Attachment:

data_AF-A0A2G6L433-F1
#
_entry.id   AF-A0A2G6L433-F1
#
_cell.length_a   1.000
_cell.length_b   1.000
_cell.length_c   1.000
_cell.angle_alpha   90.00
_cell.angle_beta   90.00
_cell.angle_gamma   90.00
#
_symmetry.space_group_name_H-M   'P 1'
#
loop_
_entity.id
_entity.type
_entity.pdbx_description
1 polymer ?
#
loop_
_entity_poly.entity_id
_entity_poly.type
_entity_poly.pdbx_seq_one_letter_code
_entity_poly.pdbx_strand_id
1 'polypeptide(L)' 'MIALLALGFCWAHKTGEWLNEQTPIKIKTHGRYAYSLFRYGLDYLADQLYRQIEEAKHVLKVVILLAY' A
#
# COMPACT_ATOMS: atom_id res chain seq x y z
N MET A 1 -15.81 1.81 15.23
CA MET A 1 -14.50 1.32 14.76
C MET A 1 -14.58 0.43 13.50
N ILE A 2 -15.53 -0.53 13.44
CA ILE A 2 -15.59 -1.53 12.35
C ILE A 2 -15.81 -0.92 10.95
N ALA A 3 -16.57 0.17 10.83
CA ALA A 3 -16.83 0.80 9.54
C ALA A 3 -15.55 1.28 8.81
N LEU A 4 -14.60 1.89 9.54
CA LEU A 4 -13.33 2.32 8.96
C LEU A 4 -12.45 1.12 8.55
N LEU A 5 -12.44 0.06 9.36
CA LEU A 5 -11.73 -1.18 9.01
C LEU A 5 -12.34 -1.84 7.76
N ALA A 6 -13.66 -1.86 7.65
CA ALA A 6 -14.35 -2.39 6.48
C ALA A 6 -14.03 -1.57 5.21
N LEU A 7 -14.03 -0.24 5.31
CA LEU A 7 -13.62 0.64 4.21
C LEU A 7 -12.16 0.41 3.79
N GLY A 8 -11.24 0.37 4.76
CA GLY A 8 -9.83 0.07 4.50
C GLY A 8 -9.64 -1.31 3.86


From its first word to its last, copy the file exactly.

data_AF-A0A2G6L433-F1
#
_entry.id   AF-A0A2G6L433-F1
#
_cell.length_a   1.000
_cell.length_b   1.000
_cell.length_c   1.000
_cell.angle_alpha   90.00
_cell.angle_beta   90.00
_cell.angle_gamma   90.00
#
_symmetry.space_group_name_H-M   'P 1'
#
loop_
_entity.id
_entity.type
_entity.pdbx_description
1 polymer ?
#
loop_
_entity_poly.entity_id
_entity_poly.type
_entity_poly.pdbx_seq_one_letter_code
_entity_poly.pdbx_strand_id
1 'polypeptide(L)' 'MIALLALGFCWAHKTGEWLNEQTPIKIKTHGRYAYSLFRYGLDYLADQLYRQIEEAKHVLKVVILLAY' A
#
# COMPACT_ATOMS: atom_id res chain seq x y z
N MET A 1 -15.81 1.81 15.23
CA MET A 1 -14.50 1.32 14.76
C MET A 1 -14.58 0.43 13.50
N ILE A 2 -15.53 -0.53 13.44
CA ILE A 2 -15.59 -1.53 12.35
C ILE A 2 -15.81 -0.92 10.95
N ALA A 3 -16.57 0.17 10.83
CA ALA A 3 -16.83 0.80 9.54
C ALA A 3 -15.55 1.28 8.81
N LEU A 4 -14.60 1.89 9.54
CA LEU A 4 -13.33 2.32 8.96
C LEU A 4 -12.45 1.12 8.55
N LEU A 5 -12.44 0.06 9.36
CA LEU A 5 -11.73 -1.18 9.01
C LEU A 5 -12.34 -1.84 7.76
N ALA A 6 -13.66 -1.86 7.65
CA ALA A 6 -14.35 -2.39 6.48
C ALA A 6 -14.03 -1.57 5.21
N LEU A 7 -14.03 -0.24 5.31
CA LEU A 7 -13.62 0.64 4.21
C LEU A 7 -12.16 0.41 3.79
N GLY A 8 -11.24 0.37 4.76
CA GLY A 8 -9.83 0.07 4.50
C GLY A 8 -9.64 -1.31 3.86